Technical Debt Is Holding Companies Back, And The Timing Isn’t Good

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Technical Debt Is Holding Companies Back, And The Timing Isn’t Good

Technical debt is a common term within IT circles but largely unheard of outside IT. This shouldn’t be the case. Accumulating too much technical debt has become a significant corporate risk that warrants senior management attention. Why? 1) Many businesses are undergoing important digital transformations, 2) technology is improving faster than ever, and 3) technical debt will sneak up and bite companies that don’t prepare for it.

In short, technical debt is incurred when the quickest-to-implement, least-cost options are selected for technology projects. In other words, shortcuts. This type of debt accumulates over time in hard to recognize, intangible ways. And then at a point where shifting business needs suddenly call for a technology solution, i.e. to meet a compliance obligation or a demand from a major customer, you are ill-prepared to deal with the debt.

Much of this debt – siloed databases, unsupported but still-needed systems, processes that haven’t been automated, spreadsheet workarounds, etc. – cannot be paid down quickly. It’s essentially an off-balance-sheet liability. Worse yet, most companies don’t have a good handle on the size of the hole they’ve dug for themselves. This makes proactive technology planning really difficult, especially when forced to react quickly to unexpected circumstances.

Businesses have long survived with technical debt because the speed required to overcome a debt problem has been manageable. That’s changing. Your customers are less patient about inconveniences caused by technical limitations. Their loyalty is harder to retain today than it was even 5-10 years ago. Technology is a main reason for this.

Technical debt doesn’t have to become an elephant-in-the-room problem. There are ways to avoid it:

  1. Begin to measure your technical debt. It’s not a simple calculation, and 3rd party assistance might be beneficial. But knowing what you have accumulated is a necessary starting point.
  2. Determine how much to pay back and how fast. A strategic discussion. How much is your technical debt impacting customer relationships, profitability goals, perhaps M&A plans? What should your investment (debt payback) priorities be?
  3. Find out who your change agents and entrepreneurial thinkers are, if digital transformation is important. Involve them in the process, regardless of their level in the company. Good ideas are good ideas. These are the people who have most of them.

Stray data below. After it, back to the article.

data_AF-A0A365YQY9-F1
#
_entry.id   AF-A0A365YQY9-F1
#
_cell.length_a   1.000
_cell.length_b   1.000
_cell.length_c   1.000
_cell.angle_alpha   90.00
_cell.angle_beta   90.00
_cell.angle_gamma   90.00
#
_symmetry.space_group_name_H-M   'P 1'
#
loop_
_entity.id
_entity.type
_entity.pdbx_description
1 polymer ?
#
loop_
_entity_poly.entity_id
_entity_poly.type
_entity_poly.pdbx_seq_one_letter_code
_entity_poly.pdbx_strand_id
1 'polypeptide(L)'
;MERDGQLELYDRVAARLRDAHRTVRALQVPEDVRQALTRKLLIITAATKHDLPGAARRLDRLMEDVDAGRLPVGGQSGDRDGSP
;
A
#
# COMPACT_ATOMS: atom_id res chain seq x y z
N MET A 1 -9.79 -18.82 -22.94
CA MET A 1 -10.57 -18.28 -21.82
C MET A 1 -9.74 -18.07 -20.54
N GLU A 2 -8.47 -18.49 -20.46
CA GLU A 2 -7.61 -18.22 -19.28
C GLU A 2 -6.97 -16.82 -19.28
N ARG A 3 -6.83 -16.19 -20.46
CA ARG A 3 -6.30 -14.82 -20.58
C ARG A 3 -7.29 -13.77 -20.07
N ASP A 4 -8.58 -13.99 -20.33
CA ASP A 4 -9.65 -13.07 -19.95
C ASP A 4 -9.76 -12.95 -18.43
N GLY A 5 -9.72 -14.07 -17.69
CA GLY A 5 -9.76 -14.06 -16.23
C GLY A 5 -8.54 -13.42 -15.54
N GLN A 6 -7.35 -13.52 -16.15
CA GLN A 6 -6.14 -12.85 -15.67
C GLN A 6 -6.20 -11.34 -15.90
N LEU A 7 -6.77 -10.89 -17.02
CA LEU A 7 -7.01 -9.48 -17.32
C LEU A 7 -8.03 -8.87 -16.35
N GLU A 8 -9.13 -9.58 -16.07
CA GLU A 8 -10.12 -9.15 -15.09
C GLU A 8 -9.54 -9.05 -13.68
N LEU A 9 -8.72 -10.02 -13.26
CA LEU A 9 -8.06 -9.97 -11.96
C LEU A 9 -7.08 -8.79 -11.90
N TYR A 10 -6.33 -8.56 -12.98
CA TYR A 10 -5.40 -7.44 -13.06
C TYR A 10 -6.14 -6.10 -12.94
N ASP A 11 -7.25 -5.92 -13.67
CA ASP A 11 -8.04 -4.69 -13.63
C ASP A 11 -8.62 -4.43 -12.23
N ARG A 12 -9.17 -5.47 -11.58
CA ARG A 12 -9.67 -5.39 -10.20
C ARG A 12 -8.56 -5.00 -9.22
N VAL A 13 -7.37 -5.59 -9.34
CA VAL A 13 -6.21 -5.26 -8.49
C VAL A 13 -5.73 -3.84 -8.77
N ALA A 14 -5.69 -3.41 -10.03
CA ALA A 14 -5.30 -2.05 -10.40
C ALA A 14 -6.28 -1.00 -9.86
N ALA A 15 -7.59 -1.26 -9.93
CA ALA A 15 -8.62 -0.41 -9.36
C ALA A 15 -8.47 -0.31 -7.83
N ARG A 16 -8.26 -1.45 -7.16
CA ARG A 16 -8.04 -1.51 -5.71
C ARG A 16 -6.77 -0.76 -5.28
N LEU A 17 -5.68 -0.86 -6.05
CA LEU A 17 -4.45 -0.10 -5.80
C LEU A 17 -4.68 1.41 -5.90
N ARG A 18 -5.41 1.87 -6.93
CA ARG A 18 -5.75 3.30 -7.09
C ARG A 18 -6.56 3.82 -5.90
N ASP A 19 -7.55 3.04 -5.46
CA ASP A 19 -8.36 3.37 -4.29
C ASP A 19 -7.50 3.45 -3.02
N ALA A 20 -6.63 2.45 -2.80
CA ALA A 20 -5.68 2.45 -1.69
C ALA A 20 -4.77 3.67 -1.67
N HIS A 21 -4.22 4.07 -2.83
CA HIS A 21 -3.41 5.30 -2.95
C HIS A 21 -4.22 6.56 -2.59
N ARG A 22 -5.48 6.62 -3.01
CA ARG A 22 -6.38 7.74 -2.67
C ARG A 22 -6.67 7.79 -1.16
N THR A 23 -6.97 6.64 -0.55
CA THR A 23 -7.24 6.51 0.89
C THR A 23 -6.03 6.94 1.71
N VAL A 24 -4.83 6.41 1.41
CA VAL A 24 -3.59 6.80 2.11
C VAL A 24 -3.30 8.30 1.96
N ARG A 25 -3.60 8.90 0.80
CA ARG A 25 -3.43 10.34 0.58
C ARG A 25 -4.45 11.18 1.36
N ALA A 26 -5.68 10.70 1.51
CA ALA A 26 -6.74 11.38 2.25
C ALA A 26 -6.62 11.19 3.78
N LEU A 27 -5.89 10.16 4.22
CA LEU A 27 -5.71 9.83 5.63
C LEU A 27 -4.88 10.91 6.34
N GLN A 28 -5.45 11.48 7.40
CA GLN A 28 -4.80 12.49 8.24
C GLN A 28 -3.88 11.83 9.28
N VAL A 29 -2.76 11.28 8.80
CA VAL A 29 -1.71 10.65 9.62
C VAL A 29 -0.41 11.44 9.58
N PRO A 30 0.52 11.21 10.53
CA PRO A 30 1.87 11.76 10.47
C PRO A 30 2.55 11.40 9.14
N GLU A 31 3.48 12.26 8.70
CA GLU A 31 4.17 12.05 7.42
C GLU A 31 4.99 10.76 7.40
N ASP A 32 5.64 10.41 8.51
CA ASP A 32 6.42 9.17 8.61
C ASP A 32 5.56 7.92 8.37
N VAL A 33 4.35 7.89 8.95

4. Make technical debt reduction part of the culture. This type of debt is much easier to accumulate than it is to get rid of. They key is monitoring it and proactively dealing with it the same way you approach financial debt.

As with financial debt, technical debt can be managed fairly easily, or it could snowball and become a big problem. Factors like project duration, client demands or resource availability can all contribute to cutting corners and taking on technical debt. This is ok, as long as you are able to think through the critical technical issues before deciding on a solution. If this is done, you’ll likely avoid an approach which needs serious reworking at some point in the future.

About the Author:

Joe McGrattan oversees strategy and business development for Triple Helix. For nearly three decades, he has been helping companies leverage technology and their data to conduct business more effectively in a digital economy. This includes building strategic-level alliances with non-tech professional services firms whose clients are demanding more information management and technology-related guidance from them. Joe’s blog contributions focus on business-oriented advice to companies on how to take advantage of their data to run smarter, faster, leaner and more securely. He can be reached at joe.mcgrattan@3xcorp.com or found on LinkedIn.